As summer stretches toward fall, a few items to ponder . . .
Just how big is this Saturday's Black-and-Blue Game between the University of Memphis and Southern Miss? Well, let's see. The Tigers are 2-0 for the first time in 27 years (they haven't been 3-0 since 1973). First conference game of the year, against C-USA's perennial pace-setter. First road game of the year, where college football boys become men. Memphis has dropped eight of their last nine against the Golden Eagles, and haven't won in Hattiesburg since 1984. With a win, the Tigers would enjoy a bye week with the most momentum, the biggest buzz this program has seen since Tricky Dick was in office. And with Arkansas State and UAB on the horizon, the U of M just might enter their October 11th game at Mississippi State undefeated. Ole Miss was the biggest game on the Tigers' schedule . . . until this Saturday.
What a schizophrenic season our Redbirds just completed. A 44-28 record at home, including a 13-game winning streak and a 31-9 finish. On the road? Better turn away. The Redbirds wound up 20-51 outside the comforts of AutoZone Park. (We all love the 'Zone, fellas, but this is a little shaky.) Had Memphis merely been a .500 club on the road, the Redbirds would have won 80 games and been right in the thick of things in the PCL's East Division. The sad truth about the long, daily grind of a professional baseball season is that a short stretch can invigorate (or destroy) a season. When the Redbirds lost 21 out of 23 between April 15 and May 9, the possibility of playoff baseball fell out of the equation. Remove that sorry month from the books and Memphis was four games over .500.
Kudos to Redbirds pitcher Jason Ryan, who managed the rare trick of leading his league in both innings pitched (190) and ERA (2.70). The All-Star righty became Memphis©ö third ERA champion in six years, followingBrady Raggio in 1998 (3.07) and Clint Weibl in 2000 (2.83). Ryan's record (8-6) was deceptively mediocre, as the Redbirds were shut out four times when he took the mound. He had no fewer than 14 no-decisions. While we're at it, hats off to Steve Stemle as well. With the PCL's 6th-best ERA (3.46), Stemle deserved better than his 6-11 record.
A pair of names to look forward to as we look ahead to the 2004 Redbirds season: Yadier Molina and Bucky Jacobsen. Molina is a slick-fielding catcher, almost certain to be Mike Matheny's eventual successor in St. Louis. He hit .275 this year for Double-A Tennessee, with 2 home runs and 51 RBIs. Jacobsen will give John Gall some competition for his first base job next year, having hit .298, with 31 home runs (which led the Southern League) and 84 RBIs for the Smokies.
You'll have to pardon my cold-hearted refusal to be part of the latest coronation of Barry Bonds. The greatest baseball player of my lifetime (perhaps any lifetime) has been given an enormous amount of credit-- and apparently clinched an unprecedented sixth MVP award-- for the compassion he's shown in dealing with the death of his father (and former baseball star), Bobby. The fact is, Bonds is behaving exactly as a human being should upon the death of a parent. He's missed work. He's reflected. And when able to work, he's done his job. The very normal way Bonds has handled this difficult time contrasts dramatically with the very abnormal way he has treated human beings over the course of his 18-year career. Thus the misplaced adulation. Had Bonds conducted himself with more compassion during his father's life, he would have honored Bobby's legacy more completely, and his tears in recent weeks wouldn't seem nearly so heroic.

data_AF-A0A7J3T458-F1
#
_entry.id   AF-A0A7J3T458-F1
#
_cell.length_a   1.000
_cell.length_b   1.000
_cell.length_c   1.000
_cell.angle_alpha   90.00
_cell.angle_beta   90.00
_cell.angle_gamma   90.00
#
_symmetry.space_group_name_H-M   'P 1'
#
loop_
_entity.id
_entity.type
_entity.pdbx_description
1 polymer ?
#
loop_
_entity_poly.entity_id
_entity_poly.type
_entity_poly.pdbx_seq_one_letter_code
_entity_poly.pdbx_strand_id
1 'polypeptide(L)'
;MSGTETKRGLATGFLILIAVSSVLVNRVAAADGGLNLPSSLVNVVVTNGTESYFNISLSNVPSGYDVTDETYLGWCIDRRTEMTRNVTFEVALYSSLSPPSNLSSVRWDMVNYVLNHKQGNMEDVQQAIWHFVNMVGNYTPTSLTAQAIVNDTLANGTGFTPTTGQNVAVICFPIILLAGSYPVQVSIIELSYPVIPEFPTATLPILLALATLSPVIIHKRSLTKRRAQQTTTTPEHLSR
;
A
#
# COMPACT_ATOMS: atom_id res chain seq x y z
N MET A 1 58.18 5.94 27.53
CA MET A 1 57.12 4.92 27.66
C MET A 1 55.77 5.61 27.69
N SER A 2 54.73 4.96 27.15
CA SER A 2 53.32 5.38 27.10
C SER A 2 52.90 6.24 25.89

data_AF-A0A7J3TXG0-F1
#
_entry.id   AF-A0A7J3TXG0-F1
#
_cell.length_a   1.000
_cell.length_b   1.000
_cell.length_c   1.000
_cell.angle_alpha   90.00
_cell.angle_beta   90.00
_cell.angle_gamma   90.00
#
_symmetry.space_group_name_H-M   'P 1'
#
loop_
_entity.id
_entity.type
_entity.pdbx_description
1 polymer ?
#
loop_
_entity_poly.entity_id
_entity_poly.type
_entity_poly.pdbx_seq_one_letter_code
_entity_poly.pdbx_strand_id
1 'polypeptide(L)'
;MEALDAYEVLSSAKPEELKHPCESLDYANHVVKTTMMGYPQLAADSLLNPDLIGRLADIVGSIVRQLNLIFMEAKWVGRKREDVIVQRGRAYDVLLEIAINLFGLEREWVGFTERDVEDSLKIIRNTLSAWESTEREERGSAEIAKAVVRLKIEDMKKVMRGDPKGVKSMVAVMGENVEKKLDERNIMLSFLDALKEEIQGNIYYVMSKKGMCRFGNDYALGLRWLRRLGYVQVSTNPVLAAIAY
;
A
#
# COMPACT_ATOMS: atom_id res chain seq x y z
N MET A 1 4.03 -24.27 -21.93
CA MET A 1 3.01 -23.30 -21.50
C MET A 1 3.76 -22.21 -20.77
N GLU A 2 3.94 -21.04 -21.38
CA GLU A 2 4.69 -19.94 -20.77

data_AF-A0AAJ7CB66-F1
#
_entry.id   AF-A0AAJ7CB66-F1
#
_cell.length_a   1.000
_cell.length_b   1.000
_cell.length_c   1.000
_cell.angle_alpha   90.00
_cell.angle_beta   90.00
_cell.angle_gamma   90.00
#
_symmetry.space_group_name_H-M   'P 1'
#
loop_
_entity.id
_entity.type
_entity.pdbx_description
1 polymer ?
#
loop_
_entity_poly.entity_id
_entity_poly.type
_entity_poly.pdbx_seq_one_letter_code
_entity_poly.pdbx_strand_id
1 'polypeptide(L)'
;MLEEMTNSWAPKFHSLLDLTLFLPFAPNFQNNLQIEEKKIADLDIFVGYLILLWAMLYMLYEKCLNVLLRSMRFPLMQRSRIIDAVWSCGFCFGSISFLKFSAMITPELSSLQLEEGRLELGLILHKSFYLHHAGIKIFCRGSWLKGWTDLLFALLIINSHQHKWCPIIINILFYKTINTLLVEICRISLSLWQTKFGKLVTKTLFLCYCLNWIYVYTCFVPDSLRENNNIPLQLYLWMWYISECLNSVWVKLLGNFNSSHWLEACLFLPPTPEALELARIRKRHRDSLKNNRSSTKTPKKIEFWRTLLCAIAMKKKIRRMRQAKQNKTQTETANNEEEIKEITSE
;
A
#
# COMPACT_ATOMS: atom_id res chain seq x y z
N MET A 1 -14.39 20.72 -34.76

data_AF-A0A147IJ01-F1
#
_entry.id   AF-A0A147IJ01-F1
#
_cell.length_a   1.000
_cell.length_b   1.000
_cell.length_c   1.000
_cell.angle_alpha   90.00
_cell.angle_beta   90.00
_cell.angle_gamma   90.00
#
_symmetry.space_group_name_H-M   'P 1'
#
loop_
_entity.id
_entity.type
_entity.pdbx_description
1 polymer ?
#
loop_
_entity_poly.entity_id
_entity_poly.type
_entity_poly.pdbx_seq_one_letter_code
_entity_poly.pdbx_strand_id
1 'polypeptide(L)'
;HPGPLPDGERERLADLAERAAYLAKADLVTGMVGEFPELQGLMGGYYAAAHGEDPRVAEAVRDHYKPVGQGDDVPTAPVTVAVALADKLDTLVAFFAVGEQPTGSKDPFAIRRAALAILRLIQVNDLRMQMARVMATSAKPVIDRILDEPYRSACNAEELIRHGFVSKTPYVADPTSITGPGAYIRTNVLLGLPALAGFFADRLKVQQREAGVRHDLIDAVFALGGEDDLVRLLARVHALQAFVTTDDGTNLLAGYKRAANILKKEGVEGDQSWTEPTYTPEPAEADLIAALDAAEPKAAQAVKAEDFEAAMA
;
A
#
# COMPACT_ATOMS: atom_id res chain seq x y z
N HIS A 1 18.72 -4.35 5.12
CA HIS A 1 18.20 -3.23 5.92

In the wake of last week's debacle at Wrigley Field-- where the Cardinals dropped four of five to the Cubs-- any griping about a thin pitching staff by St. Louis manager Tony LaRussa (or GM Walt Jocketty) should fall on deaf ears here in Memphis. Knowing they had to pitch a minimum of 45 innings in four days (turned out to be 51), St. Louis could have called up Ryan to eat some of those innings. Instead, the lone arm they promote is Josh Pearce, who was ignored in the Wednesday afternoon implosion that saw the Cards blow a 6-0, sixth-inning lead. You want to sympathize with LaRussa and co. But what does a guy like Ryan have to do?
You think Larry Bird has been scratched from Isiah Thomas's Christmas list? First, Larry Legend makes the most famous NBA heist since 'Havlicek stole the ball!' to rob Thomas's Pistons of a shot at the 1987 Finals. Then just last month, Bird swoops into town as the new boss of the Indiana Pacers-- the team Thomas coached to the playoffs each of the last three years-- and fires his fellow Hall of Famer. Ahhhh . . . nice to see rivalry doesn't die when the sneakers are traded in for wing tips.